THROWN OUT WITH NO LEAGUE OF THEIR OWN: America's Unwillingness to Let Womxn Play Baseball, Analyzed
* "womxn” is a visually inclusive term to include AFAB nonbinary and genderqueer folk into a conversation that they are also potentially affected by.
(There has been discourse on the word’s potentially misleading qualities, but in this article, we are using it to be as inclusive as possible in the face of what is traditionally known as just women’s sports).
I try to live my life without regrets, but I do have one: not being able to play baseball. Though, that really isn’t on me. Ever since I was a kid, being brought up in Queens, New York City - Let’s Go Mets! - I’ve been a huge baseball fan. And being an athlete, I wanted to get into baseball but I was quickly told I couldn’t. Our society tends to relegate girls and womxn to softball and many kids, like me, fell in love with baseball, wanted to play hardball, but did not have anyone to advocate for us to break the norms.
Large efforts have been made to integrate womxn into baseball. There are many more womxn now in management and executive positions, primed to affect the game from the minors up to the majors. Major League Baseball has additional opportunities through the Diversity Fellowship Program, however, pathways for on the field are still a large and defiant work in progress, and severely lacking. There are numerous debates to be had about whether integrating womxn in the game or creating a whole separate league is the right way to go, but either way, America has a stringent unwillingness to let womxn play baseball.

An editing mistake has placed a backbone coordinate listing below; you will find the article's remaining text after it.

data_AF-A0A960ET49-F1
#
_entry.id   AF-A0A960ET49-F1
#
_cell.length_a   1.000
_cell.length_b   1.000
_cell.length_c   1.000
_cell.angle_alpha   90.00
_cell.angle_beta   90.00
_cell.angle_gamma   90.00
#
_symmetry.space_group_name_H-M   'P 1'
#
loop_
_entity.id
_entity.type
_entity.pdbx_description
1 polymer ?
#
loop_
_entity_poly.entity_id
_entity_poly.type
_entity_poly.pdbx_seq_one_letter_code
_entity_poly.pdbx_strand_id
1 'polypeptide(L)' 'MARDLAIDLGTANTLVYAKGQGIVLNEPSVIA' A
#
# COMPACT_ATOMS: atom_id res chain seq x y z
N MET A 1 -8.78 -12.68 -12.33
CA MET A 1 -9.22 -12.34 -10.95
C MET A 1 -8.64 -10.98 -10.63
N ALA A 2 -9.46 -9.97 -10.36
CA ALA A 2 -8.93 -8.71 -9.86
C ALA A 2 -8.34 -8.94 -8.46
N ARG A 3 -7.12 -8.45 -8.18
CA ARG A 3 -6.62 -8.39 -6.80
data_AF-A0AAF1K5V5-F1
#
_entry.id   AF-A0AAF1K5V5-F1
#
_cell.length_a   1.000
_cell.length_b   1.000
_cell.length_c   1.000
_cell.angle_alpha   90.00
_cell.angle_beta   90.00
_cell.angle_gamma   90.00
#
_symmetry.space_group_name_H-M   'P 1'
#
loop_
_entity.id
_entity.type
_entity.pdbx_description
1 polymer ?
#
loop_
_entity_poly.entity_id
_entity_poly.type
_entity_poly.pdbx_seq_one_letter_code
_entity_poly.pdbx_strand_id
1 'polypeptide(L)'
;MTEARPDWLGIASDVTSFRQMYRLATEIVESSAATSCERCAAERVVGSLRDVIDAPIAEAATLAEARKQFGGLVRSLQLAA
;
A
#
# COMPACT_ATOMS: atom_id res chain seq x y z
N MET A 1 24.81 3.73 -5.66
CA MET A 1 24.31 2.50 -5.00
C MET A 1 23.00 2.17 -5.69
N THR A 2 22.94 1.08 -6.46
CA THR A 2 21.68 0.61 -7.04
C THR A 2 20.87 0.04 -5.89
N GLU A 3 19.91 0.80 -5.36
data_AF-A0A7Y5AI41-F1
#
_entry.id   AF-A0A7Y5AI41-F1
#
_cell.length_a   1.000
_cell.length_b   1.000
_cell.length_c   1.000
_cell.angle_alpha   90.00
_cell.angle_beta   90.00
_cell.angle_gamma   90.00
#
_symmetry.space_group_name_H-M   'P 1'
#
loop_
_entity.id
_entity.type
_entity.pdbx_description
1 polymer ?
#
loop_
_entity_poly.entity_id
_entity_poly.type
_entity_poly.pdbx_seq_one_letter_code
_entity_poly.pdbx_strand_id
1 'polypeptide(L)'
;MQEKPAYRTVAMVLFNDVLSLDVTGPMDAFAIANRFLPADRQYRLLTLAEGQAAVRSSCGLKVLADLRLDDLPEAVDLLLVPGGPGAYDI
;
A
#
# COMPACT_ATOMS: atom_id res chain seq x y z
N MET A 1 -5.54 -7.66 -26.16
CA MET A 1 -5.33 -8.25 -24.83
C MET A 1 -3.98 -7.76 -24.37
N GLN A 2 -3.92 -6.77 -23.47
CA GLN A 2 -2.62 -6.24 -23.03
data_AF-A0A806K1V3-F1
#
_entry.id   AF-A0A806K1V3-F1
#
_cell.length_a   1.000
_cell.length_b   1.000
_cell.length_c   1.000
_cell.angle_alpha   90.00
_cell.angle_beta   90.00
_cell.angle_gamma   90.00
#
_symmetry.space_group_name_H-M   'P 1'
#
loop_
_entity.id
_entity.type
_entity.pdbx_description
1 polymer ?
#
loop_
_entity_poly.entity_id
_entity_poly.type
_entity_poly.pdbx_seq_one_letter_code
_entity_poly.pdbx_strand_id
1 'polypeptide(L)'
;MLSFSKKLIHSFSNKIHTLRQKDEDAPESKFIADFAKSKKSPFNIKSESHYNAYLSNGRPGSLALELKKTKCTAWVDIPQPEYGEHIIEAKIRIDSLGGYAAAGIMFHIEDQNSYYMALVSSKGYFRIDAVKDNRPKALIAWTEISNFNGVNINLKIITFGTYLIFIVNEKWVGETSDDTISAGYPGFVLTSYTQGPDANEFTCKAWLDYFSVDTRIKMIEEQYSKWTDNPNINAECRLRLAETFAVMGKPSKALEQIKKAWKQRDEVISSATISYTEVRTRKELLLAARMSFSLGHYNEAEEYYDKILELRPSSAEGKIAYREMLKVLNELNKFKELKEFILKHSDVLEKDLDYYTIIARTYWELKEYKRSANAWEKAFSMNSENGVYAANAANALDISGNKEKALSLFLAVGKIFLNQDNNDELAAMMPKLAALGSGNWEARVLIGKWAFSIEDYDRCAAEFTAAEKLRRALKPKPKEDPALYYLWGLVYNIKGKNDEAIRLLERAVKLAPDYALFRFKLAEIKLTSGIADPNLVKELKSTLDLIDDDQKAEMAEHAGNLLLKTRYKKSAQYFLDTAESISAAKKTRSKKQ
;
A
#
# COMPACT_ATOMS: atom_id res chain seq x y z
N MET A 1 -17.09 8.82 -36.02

Womxn have been playing baseball just as long as men have - but it’s only womxn that have been restricted from the sport.
It actually wasn’t too long ago where womxn were playing on the field. In 1943, Charles Wrigley (yes, that Wrigley) set to keep baseball alive during World War II and created an all women’s softball team that eventually became hardball in what is now known as the All-American Girls Professional Baseball League (AAGPBL).
And in the Negro League - many poc, especially
black folks were not allowed to play baseball within the MLB, so they formed their own league - black womxn exemplified this athleticism, rivaling men and making it to the top levels of the league.
So with this hype, what happened to womxn’s baseball? Ironically, television happened. Men’s games began to be televised and viewers no longer found a value to attending in-person. The womxn’s game was left at a standstill and eventually fizzled out, the AAGPBL disbanding after their 1954 season. Out with
the new, in with the same old, same old, it seemed.
Today, slowly but surely, we’re making strides, with more womxn playing college ball than ever and in making their way towards independent ball. However, even with the female ban in the MLB being rescinded in the 1990s, there are no womxn baseball players with a pathway to the majors.